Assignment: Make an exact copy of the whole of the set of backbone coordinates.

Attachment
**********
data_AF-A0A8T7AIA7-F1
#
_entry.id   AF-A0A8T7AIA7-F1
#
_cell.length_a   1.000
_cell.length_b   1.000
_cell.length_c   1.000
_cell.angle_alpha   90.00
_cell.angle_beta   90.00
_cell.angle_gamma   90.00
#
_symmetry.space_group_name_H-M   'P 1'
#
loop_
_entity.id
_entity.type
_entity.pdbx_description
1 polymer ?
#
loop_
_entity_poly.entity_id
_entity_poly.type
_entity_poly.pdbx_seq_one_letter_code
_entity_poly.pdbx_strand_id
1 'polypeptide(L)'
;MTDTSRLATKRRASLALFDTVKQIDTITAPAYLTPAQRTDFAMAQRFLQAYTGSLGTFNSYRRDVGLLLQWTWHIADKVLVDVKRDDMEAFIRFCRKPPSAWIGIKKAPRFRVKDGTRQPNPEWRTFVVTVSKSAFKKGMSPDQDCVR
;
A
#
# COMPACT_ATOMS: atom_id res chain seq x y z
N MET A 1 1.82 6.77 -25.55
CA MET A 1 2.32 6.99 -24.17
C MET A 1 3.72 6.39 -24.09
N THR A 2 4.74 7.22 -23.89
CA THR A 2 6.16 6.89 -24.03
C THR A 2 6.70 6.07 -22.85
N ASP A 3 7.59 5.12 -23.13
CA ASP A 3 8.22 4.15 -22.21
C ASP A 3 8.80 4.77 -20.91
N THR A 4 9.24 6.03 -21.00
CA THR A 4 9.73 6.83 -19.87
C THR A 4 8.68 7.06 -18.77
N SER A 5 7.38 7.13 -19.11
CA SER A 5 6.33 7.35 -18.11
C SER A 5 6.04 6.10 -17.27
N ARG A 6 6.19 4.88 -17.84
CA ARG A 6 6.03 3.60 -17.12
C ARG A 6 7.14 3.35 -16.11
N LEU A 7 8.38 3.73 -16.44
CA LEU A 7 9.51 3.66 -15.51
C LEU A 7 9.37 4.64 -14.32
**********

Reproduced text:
data_AF-A0A8T7AIA7-F1
#
_entry.id   AF-A0A8T7AIA7-F1
#
_cell.length_a   1.000
_cell.length_b   1.000
_cell.length_c   1.000
_cell.angle_alpha   90.00
_cell.angle_beta   90.00
_cell.angle_gamma   90.00
#
_symmetry.space_group_name_H-M   'P 1'
#
loop_
_entity.id
_entity.type
_entity.pdbx_description
1 polymer ?
#
loop_
_entity_poly.entity_id
_entity_poly.type
_entity_poly.pdbx_seq_one_letter_code
_entity_poly.pdbx_strand_id
1 'polypeptide(L)'
;MTDTSRLATKRRASLALFDTVKQIDTITAPAYLTPAQRTDFAMAQRFLQAYTGSLGTFNSYRRDVGLLLQWTWHIADKVLVDVKRDDMEAFIRFCRKPPSAWIGIKKAPRFRVKDGTRQPNPEWRTFVVTVSKSAFKKGMSPDQDCVR
;
A
#
# COMPACT_ATOMS: atom_id res chain seq x y z
N MET A 1 1.82 6.77 -25.55
CA MET A 1 2.32 6.99 -24.17
C MET A 1 3.72 6.39 -24.09
N THR A 2 4.74 7.22 -23.89
CA THR A 2 6.16 6.89 -24.03
C THR A 2 6.70 6.07 -22.85
N ASP A 3 7.59 5.12 -23.13
CA ASP A 3 8.22 4.15 -22.21
C ASP A 3 8.80 4.77 -20.91
N THR A 4 9.24 6.03 -21.00
CA THR A 4 9.73 6.83 -19.87
C THR A 4 8.68 7.06 -18.77
N SER A 5 7.38 7.13 -19.11
CA SER A 5 6.33 7.35 -18.11
C SER A 5 6.04 6.10 -17.27
N ARG A 6 6.19 4.88 -17.84
CA ARG A 6 6.03 3.60 -17.12
C ARG A 6 7.14 3.35 -16.11
N LEU A 7 8.38 3.73 -16.44
CA LEU A 7 9.51 3.66 -15.51
C LEU A 7 9.37 4.64 -14.32